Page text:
Tuesday, May 7, 2013

Accidentally On Purpose

 You know what I love? Cornish hens. They're just mini chickens! And as humans, we're biologically programmed to love miniature baby things. So it makes perfect sense to love these tiny chickens and want to eat the crap out of them (maybe not literally). Except for the part where they require so much work to dismantle and consume... But I got to use my hands to eat, so for me, I broke even in the end.

I'm not sure if you know, but I've mentioned before I'm an enormous dork. I watch entirely too much scifi and fantasy stuff. I would probably hug you if you told me to go frak myself. And then after we hugged, we could talk about how we both would switch sides for Lee Adama/Kara Thrace. If you told me you were sick of my goram attitude, I'd call you ching-wah TSAO duh liou mahng. And if you tell me the greatest love story ever was between 10 and Rose, we might make out on the spot. I don't care who you are.

But what does this have to do with cornish hens and paleo cooking? Among the many great things that these kinds of universes provide in terms of entertainment, they also give some great cooking advice believe it or not. The hubby and I just got Amazon Prime, and in the list of the instant free streaming is a little show called Falling Skies. It's dark (aliens attack and steal our children) and kinda creepy, but there's one nutty character, John Pope, who used to be a chef. He's kinda crazy, and in the third episode of the first season, he's captured by the good guys and kept in a makeshift prison in their high school hideout. As you can imagine, food is short in post-apocalyptic alien-inhabited Earth. But Pope? He literally gives no sh*ts about the scarcity of food, much less good food. He kind of freaks out when he's given chicken, with paprika on it, and proceeds to tell us that a chicken should be lightly poached before it's grilled or broiled so it retains the juiciness of poultry. We're not living with crazy aliens called Skitters, but far be it from me to ignore the advice of a crazed lunatic on a scifi show.

With this in mind, and two cornish hens thawed in my sink, I got to work. For this recipe, which was totally a shot in the dark, you will need:

2 cornish hens
1 stock pot of water
1tsp sea salt
1tsp tuscan seasoning (or italian seasoning, or you know, whatever tastes good to you)
1 piece of pork skin (I know we all have this in our freezers... or some chicken broth/boullion for those that don't)

Put your thawed cornish hens in the water with the seasonings and bring the water to a light boil. Total time in the hot water should be about 15 minutes, being sure not to cook the snot out of it. You want to poach it just enough to cook the inside of the hen, but not enough so that it falls off the bones. When this is done, take the hens out of the boiling water with tongs (save that broth! let's use it for something else!) and let them rest for a minute or two. Then transfer them to a hot grill. Or broil them if you like. The grill is better as it crisps up all sides and who doesn't love crunchy chicken skin. Communists, that's who. When they're on the grill, I like to sprinkle a little salt on the skin. I was probably a deer in a past life because I could have a salt lick in my living room and not be embarrassed.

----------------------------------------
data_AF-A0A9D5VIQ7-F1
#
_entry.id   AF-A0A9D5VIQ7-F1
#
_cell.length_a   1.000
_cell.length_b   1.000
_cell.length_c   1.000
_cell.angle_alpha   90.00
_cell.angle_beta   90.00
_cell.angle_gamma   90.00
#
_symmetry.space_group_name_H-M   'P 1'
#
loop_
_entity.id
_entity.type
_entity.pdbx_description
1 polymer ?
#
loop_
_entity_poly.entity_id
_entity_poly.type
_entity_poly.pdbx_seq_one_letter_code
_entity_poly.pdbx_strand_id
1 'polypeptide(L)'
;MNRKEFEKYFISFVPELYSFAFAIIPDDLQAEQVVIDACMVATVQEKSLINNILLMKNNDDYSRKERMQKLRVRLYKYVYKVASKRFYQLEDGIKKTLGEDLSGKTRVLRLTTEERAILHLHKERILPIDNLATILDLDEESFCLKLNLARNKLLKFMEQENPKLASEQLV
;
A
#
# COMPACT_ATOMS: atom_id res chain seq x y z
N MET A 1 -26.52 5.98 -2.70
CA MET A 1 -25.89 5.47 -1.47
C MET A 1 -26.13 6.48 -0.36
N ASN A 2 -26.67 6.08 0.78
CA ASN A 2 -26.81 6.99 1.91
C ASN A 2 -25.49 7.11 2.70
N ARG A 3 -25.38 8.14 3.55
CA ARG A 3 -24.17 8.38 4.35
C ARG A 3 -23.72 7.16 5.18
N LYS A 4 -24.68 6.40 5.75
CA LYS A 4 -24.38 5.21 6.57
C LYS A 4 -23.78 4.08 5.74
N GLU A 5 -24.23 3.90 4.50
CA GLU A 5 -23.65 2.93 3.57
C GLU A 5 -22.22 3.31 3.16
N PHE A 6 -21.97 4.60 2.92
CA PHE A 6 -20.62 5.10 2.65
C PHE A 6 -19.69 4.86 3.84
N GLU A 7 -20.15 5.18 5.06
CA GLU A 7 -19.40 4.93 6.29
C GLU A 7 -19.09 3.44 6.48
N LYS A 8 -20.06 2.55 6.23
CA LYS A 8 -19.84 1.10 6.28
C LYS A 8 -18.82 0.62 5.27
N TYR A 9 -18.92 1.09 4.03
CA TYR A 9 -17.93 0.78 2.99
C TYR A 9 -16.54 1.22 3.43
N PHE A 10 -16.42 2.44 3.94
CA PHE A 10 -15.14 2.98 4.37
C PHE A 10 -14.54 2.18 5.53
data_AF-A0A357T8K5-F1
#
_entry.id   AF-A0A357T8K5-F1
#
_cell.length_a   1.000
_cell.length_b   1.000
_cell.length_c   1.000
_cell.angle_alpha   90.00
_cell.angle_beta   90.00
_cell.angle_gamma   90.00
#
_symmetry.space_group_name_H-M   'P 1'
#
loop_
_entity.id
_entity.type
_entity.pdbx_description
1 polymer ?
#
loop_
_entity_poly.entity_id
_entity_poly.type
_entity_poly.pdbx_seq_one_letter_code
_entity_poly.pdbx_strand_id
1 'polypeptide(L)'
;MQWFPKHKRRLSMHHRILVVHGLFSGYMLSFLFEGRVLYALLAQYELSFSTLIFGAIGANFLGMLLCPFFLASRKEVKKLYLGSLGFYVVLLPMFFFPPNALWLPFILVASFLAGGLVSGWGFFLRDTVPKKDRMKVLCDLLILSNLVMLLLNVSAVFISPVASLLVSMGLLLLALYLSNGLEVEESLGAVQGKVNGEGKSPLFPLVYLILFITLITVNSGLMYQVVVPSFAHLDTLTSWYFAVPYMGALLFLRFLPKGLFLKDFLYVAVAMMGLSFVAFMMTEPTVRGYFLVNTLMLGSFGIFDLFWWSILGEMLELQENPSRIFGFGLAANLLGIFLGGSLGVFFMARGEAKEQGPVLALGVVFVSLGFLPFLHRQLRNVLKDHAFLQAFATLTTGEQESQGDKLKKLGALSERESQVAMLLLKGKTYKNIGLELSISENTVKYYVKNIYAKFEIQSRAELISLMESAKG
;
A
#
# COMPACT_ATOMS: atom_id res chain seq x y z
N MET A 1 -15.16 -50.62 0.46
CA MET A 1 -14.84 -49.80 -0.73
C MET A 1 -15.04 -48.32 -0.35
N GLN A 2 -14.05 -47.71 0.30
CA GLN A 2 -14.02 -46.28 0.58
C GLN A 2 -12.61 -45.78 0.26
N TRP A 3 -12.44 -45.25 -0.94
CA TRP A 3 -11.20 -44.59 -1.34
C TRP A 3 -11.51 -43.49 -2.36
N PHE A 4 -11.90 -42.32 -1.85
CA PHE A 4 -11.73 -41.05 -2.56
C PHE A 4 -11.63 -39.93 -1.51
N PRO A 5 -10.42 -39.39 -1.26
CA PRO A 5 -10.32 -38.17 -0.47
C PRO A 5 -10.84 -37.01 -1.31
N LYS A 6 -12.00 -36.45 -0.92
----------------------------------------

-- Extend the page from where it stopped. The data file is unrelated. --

Once they're grilled up on the outside, take them off the grill and let them sit for a few minutes. One of the worst abuses when cooking meat is scarfing it up right away. Let that sucker sit. If you cut it open too early, all the good stuff leaks out instead of staying in every bite. So leave it! For at least five minutes.

Now. When I was starting this dish, I was wondering what I was going to eat with it. I already had boiling and seasoned water, so I figured, let's throw some potatoes in that hot mother and make a mashed potato puree. So now. I give you, Sweet Potato and Coconut Cream Puree with Capers. It sounds weird, and kinda gross, but hot damn is it yummy.

You will need:

1 shallot
1tsp crushed garlic
2tsp coconut oil
2 sweet potatoes (we have white ones here, but I guess you could use yams)
1/2c. coconut cream (I got some kind in a tetrapak from Indonesia at my local health store)
1/3c. coconut milk
1/2tsp salt
2 sprigs fresh oregano (maybe 1tsp dried?)
Fresh ground pepper
Capers for garnish (sounds weird, but GOOD! trust me)

Slice the shallot thinly and fry it in a pan on medium heat with the coconut oil and garlic. Set it aside to cool once the shallots are translucent and the garlic is fragrant, about 5 minutes. Cut up the sweet potatoes into 1 inch sections and put them into your poaching liquid you used for the hens. Boil them on high until they're done, or soft when you skewer them with a fork. Drain the liquid and throw your potatoes into a food processor. Add the coconut cream and milk, salt, pepper and oregano. Add the fried shallots and garlic. Blend this together until it's smooth, or lumpy I guess if you like that texture. Feel free to add any other seasonings you might like. This is what I had on hand, like pretty much everything else in this recipe...

Now, put some potato puree on your plate, sprinkle it with capers and grab a hen. The sour salt of the capers is a nice accompaniment to the sweet creamy texture of the potatoes. And all of it goes well with the poached yet crispy cornish hen. This was actually super yummy, and entirely on accident.  Well mostly on accident. Some of it was on purpose... Sometimes I think I just get lucky when I go out on a limb and throw things together, but I'd be happy to pass along my successes to you. Like this dish!


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